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By Kristen Ricaurte-Knebel
The cost of family health insurance premiums rose to $15,073 in 2011, a 9 percent increase from 2010, according to findings from a Kaiser Family Foundation/Health Research and Educational Trust survey released Sept. 27.
Of the $15,073 family premium cost, employees paid a share of $4,129, up from $3,997 in 2010, the survey found.
The sharp increase over last year's overall family cost of $13,770 comes during a slow economic recovery and at a time when “wages have been falling in real terms for many workers,” Drew Altman, president and chief executive officer of the Kaiser Family Foundation, said during a conference call for reporters.
Altman said he could not predict whether this steep increase in family premium costs is an anomaly or a signaling of the beginning of a longer-term trend.
“After four years in a row of growth of 5 percent or less … we just don't know if this is a onetime spike or the beginning of a period of higher increases,” he said.
Although Altman said the survey is not designed to provide answers behind the numbers, he tried to offer insight into the increase by saying some insurers might have expected a faster economic recovery than what actually occurred.
“It appears that insurers and self-insured plans assumed a faster economic recovery and geared their premiums this year to larger increases in utilization than have in fact occurred,” he said.
Altman said this year's survey included an “implementation success story” for the Patient Protection and Affordable Care Act, with 2.3 million young adults being enrolled in their parents' health insurance plans.
“We found an estimated 2.3 million young adults received coverage as a result of [PPACA], which is at the high end of the original estimates of how many might be covered as a result of the law,” he said.
The survey also found that many employees benefited from preventive service requirements, even though many of those employees remain in grandfathered plans, he said.
Altman's short-term outlook for employer-sponsored health care plans included an increased offering of high-deductible health plans and higher deductibles.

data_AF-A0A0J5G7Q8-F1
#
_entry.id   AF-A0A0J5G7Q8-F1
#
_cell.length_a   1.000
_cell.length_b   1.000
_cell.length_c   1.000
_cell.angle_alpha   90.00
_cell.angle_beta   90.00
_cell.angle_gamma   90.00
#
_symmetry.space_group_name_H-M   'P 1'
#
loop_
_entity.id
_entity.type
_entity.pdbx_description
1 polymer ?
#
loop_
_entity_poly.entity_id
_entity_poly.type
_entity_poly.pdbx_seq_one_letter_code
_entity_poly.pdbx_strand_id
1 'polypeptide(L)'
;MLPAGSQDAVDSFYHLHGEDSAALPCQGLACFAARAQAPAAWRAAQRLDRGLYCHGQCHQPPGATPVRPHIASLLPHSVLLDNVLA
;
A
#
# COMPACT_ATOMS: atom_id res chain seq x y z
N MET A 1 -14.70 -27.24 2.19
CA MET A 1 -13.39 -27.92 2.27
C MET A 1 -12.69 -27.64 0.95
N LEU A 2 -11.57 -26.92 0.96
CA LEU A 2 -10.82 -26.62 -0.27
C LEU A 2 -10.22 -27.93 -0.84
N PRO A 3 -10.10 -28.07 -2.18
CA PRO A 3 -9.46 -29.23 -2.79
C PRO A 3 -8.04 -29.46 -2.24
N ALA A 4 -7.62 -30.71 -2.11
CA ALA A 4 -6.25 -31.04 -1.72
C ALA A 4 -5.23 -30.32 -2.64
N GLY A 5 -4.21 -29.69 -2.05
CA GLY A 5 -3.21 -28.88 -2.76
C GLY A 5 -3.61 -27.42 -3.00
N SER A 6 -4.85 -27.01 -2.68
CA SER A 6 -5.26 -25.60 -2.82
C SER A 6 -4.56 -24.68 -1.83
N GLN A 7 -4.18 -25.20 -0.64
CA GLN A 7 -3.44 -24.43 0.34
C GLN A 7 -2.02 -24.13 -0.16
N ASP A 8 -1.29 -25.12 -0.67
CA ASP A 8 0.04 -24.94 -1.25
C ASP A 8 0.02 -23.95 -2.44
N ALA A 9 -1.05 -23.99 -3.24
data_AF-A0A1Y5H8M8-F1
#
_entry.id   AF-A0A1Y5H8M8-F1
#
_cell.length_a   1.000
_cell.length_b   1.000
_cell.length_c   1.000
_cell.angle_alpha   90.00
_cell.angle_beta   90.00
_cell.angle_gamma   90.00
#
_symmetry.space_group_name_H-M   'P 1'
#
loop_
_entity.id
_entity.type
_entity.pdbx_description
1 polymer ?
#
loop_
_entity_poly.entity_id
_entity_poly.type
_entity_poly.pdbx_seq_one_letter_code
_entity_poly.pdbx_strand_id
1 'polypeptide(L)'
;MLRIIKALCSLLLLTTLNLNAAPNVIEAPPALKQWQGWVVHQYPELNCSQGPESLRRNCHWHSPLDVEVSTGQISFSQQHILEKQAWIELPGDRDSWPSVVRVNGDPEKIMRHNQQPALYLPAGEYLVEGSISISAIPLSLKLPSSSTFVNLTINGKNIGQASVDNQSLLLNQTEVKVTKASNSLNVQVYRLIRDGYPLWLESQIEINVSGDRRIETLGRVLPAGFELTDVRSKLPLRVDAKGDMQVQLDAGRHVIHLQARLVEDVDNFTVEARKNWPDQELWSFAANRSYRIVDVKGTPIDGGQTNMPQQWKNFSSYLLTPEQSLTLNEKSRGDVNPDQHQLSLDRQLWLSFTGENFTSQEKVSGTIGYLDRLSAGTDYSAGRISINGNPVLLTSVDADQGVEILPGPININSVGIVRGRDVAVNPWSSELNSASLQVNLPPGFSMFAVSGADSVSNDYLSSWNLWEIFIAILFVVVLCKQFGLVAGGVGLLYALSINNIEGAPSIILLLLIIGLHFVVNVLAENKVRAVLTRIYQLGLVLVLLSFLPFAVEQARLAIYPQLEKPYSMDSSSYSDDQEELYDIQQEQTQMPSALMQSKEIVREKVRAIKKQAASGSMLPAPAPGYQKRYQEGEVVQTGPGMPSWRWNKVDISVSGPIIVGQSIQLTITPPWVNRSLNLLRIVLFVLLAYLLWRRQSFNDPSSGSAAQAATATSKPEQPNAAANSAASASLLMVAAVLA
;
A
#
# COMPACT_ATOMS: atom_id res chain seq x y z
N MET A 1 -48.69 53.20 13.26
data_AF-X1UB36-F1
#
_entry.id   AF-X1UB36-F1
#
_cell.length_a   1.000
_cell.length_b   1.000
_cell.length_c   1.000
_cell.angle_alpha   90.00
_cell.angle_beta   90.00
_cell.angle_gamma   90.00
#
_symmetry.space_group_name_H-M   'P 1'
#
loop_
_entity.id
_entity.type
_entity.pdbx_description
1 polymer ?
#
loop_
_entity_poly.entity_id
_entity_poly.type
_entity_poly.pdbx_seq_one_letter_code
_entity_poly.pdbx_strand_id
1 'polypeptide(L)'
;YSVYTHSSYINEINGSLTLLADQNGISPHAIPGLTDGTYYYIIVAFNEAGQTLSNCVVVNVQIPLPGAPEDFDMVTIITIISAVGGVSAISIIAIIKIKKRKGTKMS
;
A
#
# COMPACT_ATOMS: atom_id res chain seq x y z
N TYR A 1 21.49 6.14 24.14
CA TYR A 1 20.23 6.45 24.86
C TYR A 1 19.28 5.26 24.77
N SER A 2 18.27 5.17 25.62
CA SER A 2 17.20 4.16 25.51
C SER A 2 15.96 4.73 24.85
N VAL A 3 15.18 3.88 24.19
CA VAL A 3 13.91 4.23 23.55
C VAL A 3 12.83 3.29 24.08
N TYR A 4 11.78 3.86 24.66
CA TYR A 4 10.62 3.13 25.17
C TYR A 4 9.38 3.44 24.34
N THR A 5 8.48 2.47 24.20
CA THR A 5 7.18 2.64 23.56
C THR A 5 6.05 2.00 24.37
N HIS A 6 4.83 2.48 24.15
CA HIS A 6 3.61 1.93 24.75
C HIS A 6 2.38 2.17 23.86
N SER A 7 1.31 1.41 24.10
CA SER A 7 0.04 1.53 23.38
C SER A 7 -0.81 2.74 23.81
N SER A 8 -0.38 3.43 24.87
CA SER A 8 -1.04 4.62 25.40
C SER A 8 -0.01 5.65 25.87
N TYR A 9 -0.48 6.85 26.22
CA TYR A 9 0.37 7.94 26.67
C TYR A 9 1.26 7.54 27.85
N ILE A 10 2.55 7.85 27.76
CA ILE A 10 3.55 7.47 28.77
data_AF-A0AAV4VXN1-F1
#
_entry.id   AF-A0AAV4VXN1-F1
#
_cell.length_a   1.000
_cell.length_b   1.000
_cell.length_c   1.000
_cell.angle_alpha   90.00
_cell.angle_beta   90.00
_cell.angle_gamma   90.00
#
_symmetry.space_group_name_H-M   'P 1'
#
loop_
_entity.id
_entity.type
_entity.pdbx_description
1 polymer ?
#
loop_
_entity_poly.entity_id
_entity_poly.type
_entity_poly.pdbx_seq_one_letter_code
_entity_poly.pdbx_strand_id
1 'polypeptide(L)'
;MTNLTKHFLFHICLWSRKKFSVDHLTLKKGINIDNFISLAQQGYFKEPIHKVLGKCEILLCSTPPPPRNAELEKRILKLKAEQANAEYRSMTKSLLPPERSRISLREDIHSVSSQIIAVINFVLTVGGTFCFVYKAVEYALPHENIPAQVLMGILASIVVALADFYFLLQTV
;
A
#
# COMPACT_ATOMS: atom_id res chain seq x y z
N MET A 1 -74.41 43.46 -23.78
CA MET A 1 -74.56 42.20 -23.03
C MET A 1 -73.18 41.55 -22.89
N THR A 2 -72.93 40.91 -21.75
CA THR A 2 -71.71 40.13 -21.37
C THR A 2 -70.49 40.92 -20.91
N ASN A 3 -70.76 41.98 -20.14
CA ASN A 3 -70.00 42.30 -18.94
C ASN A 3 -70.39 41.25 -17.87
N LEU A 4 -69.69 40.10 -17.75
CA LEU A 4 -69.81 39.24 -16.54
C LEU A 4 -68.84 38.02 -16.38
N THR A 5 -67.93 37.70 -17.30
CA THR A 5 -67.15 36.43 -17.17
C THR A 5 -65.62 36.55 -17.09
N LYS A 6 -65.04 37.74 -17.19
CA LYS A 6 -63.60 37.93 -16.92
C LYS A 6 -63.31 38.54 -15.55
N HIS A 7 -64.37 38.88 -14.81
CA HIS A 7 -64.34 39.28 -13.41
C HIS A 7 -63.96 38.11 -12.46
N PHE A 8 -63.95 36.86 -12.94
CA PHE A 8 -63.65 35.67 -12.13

The survey found that 31 percent of workers are enrolled in high-deductible health plans, with self-only coverage deductibles of at least $1,000.
Twenty-three percent of employers offering health plans have a high-deductible plan option, up from 15 percent of employers in 2010, the survey found.
Altman said the less costly high-deductible plans are the “biggest tool in the toolbox employers have to hold premiums down, and it's a clear trend in our survey year after year.”
“To me, this is the quiet revolution going on in health insurance. It's kind of under the radar screen,” he said.
House and Senate Republicans saw the survey's 9 percent premium spike as a prime opportunity to attack health care reform.
House Ways and Means Chairman Dave Camp (R-Mich.) released a statement saying the survey's results confirm “that President Obama broke his campaign promise to reduce health care premiums by $2,500.”
Senate Finance Committee ranking member Orrin G. Hatch (R-Utah) also chimed in, saying the survey's results illustrate that “the partisan health law has contributed to a dramatic increase in health costs.”
Kaiser's Altman, however, read the situation differently.
“In a world where some blame almost everything on what they call ‘Obamacare' … one thing we can say about the premium increase this year is that it is not because of the Affordable Care Act,” Altman said. Based on analysis, PPACA is responsible for about 1.5 percentage points to 2 percentage points of this year's 9 percent increase, he said.
Altman also said the shift to high-deductible health plans more closely resembles the kind of health insurance favored by conservatives, rather than the “comprehensive insurance that liberals have always advocated.”
Other findings of the KFF/HRET survey include:
The survey report is at http://ehbs.kff.org/.
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